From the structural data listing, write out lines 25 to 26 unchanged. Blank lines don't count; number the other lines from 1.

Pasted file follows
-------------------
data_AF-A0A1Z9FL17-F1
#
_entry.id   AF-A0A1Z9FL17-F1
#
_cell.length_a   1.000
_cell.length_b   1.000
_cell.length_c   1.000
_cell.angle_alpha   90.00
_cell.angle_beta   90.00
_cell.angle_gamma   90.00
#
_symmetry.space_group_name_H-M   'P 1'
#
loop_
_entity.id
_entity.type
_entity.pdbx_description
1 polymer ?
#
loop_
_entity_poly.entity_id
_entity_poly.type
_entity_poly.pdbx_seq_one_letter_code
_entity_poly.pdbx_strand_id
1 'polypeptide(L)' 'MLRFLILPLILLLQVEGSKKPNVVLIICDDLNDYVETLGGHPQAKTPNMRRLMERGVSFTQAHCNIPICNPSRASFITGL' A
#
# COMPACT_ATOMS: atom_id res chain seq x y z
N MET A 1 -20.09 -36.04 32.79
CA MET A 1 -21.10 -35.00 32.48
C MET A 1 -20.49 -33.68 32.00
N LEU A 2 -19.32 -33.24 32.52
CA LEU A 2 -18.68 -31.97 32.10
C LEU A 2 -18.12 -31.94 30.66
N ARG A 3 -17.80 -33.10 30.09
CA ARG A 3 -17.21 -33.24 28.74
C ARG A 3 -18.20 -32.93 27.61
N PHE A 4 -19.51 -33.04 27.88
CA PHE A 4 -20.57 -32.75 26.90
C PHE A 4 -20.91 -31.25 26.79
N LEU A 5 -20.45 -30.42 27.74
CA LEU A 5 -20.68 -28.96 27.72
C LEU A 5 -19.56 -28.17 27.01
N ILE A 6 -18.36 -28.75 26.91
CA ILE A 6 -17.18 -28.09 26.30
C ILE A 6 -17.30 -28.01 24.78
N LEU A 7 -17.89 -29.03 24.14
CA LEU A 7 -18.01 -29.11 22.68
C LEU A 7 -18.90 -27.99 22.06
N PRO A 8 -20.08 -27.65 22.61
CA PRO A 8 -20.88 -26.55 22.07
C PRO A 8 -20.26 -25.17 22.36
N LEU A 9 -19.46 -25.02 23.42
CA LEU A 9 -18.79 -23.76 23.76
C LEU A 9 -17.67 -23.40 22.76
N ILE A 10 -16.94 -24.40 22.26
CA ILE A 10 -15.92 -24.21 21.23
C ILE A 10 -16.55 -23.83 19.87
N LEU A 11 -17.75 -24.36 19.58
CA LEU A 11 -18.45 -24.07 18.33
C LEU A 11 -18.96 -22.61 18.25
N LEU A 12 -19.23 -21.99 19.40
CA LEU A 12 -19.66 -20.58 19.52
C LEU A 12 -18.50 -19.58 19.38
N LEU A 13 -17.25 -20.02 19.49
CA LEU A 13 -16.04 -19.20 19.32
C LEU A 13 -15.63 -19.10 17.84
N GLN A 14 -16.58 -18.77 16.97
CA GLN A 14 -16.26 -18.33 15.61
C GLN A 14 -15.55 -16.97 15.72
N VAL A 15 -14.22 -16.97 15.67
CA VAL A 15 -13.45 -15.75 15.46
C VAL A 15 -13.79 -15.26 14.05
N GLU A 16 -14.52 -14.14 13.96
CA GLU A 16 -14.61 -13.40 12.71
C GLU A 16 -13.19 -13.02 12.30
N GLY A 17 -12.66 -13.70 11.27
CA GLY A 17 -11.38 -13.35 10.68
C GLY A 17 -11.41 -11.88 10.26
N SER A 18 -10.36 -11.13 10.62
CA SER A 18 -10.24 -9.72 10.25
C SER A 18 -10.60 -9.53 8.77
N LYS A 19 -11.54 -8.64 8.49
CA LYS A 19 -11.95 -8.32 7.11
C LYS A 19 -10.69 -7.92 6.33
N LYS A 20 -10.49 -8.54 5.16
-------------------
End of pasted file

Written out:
1 'polypeptide(L)' 'MLRFLILPLILLLQVEGSKKPNVVLIICDDLNDYVETLGGHPQAKTPNMRRLMERGVSFTQAHCNIPICNPSRASFITGL' A
#